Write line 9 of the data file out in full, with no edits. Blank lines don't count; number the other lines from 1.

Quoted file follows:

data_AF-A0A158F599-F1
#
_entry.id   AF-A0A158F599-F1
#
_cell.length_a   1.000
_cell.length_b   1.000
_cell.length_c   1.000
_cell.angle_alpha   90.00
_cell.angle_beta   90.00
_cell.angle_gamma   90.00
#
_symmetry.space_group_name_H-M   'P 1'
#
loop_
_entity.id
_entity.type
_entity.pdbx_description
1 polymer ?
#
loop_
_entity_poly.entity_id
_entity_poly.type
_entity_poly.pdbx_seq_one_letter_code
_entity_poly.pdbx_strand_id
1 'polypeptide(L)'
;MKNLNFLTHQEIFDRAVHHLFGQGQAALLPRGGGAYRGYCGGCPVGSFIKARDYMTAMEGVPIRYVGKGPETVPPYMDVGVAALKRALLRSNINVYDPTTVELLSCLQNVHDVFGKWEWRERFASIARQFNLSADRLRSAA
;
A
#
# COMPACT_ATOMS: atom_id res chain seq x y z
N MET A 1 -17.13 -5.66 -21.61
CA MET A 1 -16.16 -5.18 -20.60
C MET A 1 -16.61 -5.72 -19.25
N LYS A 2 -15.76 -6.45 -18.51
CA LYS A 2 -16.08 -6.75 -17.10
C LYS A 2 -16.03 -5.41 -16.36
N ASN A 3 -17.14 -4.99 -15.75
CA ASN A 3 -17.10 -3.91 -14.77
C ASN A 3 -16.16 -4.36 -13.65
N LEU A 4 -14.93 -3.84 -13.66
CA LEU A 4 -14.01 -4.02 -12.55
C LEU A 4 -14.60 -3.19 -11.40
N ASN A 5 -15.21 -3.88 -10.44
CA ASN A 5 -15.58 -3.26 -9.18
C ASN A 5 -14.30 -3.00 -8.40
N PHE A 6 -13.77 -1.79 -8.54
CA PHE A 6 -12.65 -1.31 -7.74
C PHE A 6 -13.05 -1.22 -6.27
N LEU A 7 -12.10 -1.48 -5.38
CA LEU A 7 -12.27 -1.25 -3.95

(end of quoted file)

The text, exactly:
_cell.angle_beta   90.00